what a way that used to be. You drive completely car-free,
few crossings. That's really awesome. What do we need to see?
where can't we get past it? We drive from Kettwig to Mülheim. Mülheim is famous for having
a lot of millionaires. There are even
the millionaire street. You'll have to look at them.
– That's a good idea. The millionaire street.
– We will. * Music * You love. We'd like to be
a little bike ride.

I would have liked to have gone further. We'll have to reschedule.
– Get well soon. – Yes, it is. Get some rest. Next time
we're back with three wheels. Have a good time.
Have fun in Mülheim. Thanks for the tip.
– Absolutely. Let's have a look now. See ya.
– I'll see you soon. Bye. Bye. Maybe I'll meet
A millionaire. * Music * Mülheim an der Ruhr
was granted city rights in the 11th century. and has always been
a prestigious town with a monastery and a castle. There was a textile
and leather industry and also some collieries early on
and metal workshops. * Music * But really round
it was here in the 19th century. Coal and steel, of course. August Thyssen has here 1871
started building his empire. Not far from the centre
Friedrichstraße begins, also called
the millionaire street.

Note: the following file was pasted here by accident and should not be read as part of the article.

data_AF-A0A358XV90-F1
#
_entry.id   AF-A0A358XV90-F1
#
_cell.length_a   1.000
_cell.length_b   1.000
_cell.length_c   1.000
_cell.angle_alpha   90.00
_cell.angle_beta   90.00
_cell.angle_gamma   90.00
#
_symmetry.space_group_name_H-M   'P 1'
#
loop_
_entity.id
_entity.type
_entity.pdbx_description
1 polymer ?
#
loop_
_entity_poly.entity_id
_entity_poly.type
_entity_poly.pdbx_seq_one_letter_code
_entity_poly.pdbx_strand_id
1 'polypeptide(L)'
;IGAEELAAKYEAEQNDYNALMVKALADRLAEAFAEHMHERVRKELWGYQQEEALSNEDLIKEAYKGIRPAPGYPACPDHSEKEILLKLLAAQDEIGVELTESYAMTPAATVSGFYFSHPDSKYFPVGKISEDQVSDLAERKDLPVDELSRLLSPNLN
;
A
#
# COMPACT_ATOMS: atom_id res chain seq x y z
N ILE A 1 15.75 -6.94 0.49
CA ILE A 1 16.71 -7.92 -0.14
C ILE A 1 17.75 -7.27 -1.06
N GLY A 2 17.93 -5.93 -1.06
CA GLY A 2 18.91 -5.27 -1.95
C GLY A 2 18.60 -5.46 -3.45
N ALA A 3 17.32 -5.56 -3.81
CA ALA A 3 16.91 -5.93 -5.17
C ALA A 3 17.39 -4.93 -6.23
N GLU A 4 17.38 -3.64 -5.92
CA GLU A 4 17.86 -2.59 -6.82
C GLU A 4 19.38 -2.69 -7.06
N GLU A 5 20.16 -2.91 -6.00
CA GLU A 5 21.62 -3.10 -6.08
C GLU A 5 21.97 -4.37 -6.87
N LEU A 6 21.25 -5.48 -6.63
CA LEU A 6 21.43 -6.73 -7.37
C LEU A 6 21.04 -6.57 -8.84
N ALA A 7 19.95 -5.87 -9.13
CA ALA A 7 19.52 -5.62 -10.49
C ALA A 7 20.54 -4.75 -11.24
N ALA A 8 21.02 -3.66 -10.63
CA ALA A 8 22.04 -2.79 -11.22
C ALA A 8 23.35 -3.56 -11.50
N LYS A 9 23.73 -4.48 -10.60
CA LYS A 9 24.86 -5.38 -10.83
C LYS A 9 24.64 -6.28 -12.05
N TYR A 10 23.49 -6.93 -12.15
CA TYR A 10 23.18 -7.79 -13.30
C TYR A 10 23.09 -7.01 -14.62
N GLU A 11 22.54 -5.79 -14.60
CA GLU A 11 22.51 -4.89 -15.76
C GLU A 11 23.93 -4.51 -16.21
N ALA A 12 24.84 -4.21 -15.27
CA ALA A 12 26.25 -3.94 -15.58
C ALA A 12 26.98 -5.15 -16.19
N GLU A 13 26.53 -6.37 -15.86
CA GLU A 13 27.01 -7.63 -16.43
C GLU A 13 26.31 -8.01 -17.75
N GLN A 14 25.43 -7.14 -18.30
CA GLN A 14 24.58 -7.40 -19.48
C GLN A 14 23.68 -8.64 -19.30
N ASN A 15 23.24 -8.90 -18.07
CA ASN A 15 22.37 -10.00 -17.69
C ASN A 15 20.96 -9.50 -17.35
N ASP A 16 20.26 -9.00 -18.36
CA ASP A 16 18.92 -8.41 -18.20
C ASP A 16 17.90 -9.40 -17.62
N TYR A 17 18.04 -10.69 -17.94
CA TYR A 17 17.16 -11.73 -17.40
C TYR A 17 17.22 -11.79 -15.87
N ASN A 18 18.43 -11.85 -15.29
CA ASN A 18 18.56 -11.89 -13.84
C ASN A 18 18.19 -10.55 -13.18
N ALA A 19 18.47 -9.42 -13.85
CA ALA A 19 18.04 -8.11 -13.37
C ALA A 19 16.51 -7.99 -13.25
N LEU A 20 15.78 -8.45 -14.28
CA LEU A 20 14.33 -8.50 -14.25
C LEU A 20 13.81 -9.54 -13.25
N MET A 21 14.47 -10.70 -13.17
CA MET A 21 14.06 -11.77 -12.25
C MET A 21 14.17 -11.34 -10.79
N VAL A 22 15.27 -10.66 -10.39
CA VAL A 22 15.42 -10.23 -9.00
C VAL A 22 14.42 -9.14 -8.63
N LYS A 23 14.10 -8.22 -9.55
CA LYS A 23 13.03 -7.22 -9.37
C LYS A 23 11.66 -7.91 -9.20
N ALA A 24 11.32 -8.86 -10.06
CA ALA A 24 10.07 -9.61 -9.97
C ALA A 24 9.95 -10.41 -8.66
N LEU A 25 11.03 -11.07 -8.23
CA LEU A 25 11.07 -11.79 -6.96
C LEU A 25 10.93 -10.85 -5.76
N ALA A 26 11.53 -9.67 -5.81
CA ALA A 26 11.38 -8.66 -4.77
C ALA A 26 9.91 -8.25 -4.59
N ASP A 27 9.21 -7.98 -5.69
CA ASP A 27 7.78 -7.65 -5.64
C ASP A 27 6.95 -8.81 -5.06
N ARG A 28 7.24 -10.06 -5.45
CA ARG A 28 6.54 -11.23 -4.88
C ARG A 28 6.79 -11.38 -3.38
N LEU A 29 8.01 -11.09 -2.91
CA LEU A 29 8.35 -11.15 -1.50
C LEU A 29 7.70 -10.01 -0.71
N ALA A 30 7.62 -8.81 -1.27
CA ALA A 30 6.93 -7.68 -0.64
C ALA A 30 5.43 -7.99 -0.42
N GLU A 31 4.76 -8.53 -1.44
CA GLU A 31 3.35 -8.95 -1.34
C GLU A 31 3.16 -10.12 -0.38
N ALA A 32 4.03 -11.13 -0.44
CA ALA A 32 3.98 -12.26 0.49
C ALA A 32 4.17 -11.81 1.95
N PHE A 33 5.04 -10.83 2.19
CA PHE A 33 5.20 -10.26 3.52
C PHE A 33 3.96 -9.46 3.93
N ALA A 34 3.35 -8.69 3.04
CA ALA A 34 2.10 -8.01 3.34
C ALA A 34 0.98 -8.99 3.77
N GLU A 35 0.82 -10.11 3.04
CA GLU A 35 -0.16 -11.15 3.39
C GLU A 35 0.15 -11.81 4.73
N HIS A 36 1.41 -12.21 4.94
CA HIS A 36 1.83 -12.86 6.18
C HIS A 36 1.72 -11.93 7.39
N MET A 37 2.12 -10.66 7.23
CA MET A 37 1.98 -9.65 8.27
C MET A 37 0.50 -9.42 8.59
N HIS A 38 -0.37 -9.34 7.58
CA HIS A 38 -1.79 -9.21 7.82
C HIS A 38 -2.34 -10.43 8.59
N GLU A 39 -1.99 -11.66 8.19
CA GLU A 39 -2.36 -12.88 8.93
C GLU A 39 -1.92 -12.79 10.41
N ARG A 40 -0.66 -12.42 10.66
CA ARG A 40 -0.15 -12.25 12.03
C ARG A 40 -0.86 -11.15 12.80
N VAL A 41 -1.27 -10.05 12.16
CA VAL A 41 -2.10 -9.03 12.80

We're meeting Bettina Vaupel,
that can explain to us, who in these fantastic buildings
once lived here. They were industrialists, bankers. It was the nouveau riche. It had become, this is now
I didn't mean that in a negative way, it had become
a new economic elite. But actually it was,
that there was some competition. They really had to
assert socially towards the nobility
and the already established bourgeoisie. And they could do that very well
with the help of such villas. There were private architects, which is based on this construction task
were specialized in. And that of the new economic elite
built, what they do for self-expression.
I needed.

Elegant Wilhelminian design, Villas that were split up
like mansions. The Krupp family in Essen
has pretended to be. And just like their villa.
also here the splendour inside with an exquisite selection
of materials, elaborate wood panelling
and stucco elements. Some of it
is still preserved, even if the houses
used in a different way today. * Music * Many houses are inside
have now been split quite differently. This great construction task
Entrepreneur's villa, that was with the First World War.
It's over. That was the turning point. And the houses,
that have just been preserved, then many times
the individual floors. They have multi-party houses.
made it so. Or did it
into condominiums. Partially
they're also company headquarters. Or there's law firms in it.

Because the facades
are still working. You represent something,
when you live or work here. Very impressive in any case,
today. I didn't know it existed,
the millionaire street. But thank you very much.
– Learned something again.
– I'd love to. * Music * In the south of Mülheim
there's another piece of jewelry. The Villa Urge, in which from 1913 on. the stone-rich leather manufacturer
Coupienne lived there.

His wife let it happen
in the neo-baroque style. Then the Mülheim family bought it.
Stinnes, whose ancestor Mathias Stinnes with coal trade